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admiration affection Agnes Alfred Alice appear attention Aunt beautiful become better called cause CHAPTER character cheerfulness Christian claims Clara conversation course daughter dear delight dress duty elegant entirely exercise eyes face fashion father fear feel Fleming genius George girl give given grace hand happiness heart holy honor hope hour human idea imagination influence interest Irene Isabella kind knowledge leave less light live look manner means memory mind moral morning mother nature never passed perfect perhaps person pleasure poor possess possible prejudices present pride principles reason respect says seems society spirit sweet taste tell thing thought tion true truth turn walked whole wish woman women wonderful write young lady
Seite 289 - The stars are forth, the moon above the tops Of the snow-shining mountains. — Beautiful! I linger yet with Nature, for the night Hath been to me a more familiar face Than that of man ; and in her starry shade Of dim and solitary loveliness, I learn'd the language of another world.
Seite 185 - When Jesus therefore saw his mother, and the disciple standing by, whom he loved, he saith unto his mother ; Woman, behold thy son ! Then saith he to the disciple ; Behold thy Mother ! And from that hour that disciple took her unto his own iiome.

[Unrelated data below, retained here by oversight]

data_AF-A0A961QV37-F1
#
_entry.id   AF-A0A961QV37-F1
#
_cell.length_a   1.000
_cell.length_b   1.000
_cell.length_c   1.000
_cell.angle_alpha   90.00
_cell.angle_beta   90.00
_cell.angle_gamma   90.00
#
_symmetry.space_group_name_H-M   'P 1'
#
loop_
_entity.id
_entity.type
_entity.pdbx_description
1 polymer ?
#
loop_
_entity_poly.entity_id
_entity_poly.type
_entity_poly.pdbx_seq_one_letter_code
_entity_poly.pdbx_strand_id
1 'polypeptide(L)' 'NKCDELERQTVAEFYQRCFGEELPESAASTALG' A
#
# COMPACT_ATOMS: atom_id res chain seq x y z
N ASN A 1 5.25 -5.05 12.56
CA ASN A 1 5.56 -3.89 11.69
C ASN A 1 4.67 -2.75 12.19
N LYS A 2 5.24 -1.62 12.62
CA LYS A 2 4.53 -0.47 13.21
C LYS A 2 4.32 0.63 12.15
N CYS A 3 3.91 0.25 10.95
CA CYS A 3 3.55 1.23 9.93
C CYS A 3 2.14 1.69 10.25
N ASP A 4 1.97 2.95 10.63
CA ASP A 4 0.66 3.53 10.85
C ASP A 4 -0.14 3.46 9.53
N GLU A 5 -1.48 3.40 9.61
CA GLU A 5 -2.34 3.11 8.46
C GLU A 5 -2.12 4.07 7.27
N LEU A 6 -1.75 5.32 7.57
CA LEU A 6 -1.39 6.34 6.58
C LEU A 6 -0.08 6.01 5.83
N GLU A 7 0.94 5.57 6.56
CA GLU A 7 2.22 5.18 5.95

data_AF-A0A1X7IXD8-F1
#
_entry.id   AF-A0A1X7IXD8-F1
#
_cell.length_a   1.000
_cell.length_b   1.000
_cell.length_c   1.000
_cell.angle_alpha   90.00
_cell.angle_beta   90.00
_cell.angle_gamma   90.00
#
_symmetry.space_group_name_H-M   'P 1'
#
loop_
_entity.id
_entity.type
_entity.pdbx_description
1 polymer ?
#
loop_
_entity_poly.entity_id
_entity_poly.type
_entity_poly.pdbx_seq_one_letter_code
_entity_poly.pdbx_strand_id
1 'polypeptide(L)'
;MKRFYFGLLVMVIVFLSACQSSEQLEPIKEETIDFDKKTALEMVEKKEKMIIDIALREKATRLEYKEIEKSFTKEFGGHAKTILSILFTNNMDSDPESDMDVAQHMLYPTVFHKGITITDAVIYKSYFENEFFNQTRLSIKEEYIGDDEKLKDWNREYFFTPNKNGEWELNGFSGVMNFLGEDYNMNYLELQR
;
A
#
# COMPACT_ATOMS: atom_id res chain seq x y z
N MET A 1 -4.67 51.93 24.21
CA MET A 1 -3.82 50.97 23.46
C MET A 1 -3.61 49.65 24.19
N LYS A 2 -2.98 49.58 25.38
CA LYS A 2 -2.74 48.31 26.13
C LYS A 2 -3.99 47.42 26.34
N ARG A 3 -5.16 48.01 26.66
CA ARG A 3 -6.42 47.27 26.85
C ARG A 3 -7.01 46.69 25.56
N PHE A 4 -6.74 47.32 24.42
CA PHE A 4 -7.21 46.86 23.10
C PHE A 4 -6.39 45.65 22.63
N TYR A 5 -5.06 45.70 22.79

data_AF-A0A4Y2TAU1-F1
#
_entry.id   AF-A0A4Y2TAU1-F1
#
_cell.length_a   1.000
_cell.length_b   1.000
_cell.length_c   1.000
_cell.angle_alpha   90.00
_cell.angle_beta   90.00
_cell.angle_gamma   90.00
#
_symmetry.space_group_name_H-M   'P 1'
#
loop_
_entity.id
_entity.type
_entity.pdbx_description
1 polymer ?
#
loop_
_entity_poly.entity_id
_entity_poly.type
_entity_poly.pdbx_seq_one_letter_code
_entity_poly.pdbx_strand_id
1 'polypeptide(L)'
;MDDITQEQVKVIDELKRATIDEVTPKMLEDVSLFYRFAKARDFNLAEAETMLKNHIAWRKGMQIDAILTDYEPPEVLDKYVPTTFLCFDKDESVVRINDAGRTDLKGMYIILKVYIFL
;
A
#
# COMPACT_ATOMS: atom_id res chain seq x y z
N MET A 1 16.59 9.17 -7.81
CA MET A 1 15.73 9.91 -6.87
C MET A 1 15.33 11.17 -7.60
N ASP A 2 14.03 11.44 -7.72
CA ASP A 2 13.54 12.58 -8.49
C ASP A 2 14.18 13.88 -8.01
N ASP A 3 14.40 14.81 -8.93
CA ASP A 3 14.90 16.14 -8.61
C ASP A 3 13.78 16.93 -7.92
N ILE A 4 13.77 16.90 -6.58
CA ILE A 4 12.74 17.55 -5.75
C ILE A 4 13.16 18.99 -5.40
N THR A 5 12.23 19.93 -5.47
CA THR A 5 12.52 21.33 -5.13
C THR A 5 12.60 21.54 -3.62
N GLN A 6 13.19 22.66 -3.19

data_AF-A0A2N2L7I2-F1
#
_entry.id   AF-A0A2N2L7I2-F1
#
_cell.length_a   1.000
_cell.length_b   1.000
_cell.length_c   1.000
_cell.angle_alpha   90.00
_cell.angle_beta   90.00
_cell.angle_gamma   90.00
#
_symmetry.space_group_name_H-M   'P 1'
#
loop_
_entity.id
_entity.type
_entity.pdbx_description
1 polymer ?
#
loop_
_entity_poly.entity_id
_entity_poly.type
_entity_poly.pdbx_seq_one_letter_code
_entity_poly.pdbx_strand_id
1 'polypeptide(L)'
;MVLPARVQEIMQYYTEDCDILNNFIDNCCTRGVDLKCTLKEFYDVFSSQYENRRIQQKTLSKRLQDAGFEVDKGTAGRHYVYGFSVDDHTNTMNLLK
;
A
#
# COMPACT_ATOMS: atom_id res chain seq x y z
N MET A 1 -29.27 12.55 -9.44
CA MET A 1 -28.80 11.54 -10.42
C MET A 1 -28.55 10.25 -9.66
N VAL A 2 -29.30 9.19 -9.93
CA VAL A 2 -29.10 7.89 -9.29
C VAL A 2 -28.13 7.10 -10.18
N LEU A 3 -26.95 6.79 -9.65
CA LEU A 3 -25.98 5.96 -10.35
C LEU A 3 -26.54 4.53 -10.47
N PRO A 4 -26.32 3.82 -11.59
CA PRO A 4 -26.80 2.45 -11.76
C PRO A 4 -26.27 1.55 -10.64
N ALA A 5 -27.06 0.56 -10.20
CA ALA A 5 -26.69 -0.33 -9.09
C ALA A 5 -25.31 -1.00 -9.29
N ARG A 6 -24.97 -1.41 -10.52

Seite 49 - Each flower of slender stalk, whose head, though gay Carnation, purple, azure, or specked with gold, Hung drooping unsustained; them she upstays Gently with myrtle band, mindless the while Herself, though fairest unsupported flower, From her best prop so far, and storm so nigh.
Seite 189 - Things vulgar and, well weighed, scarce worth the praise? They praise, and they admire they know not what. And know not whom, but as one leads the other...
Seite 277 - O how canst thou renounce the boundless store Of charms which Nature to her votary yields ? The warbling woodland, the resounding shore, The pomp of groves, and garniture of fields...
Seite 311 - A something, light as air — a look, A word unkind or wrongly taken — Oh! love, that tempests never shook, A breath, a touch like this hath shaken.
Seite 269 - ... life, knowledge of good and evil ? Of good, how just ? of evil, if what is evil Be real, why not known, since easier...
Seite 164 - He that questioneth much, shall learn much, and content much; but especially if he apply his questions to the skill of the persons whom he asketh: for he shall give them occasion to please themselves in speaking, and himself shall continually gather knowledge. But let his questions not be troublesome; for that is fit for a poser.
Seite 194 - The chariest maid is prodigal enough, If she unmask her beauty to the moon : Virtue itself scapes not calumnious strokes : The canker galls the infants of the spring, Too oft before their buttons be disclosed ; And in the morn and liquid dew of youth Contagious blastments are most imminent.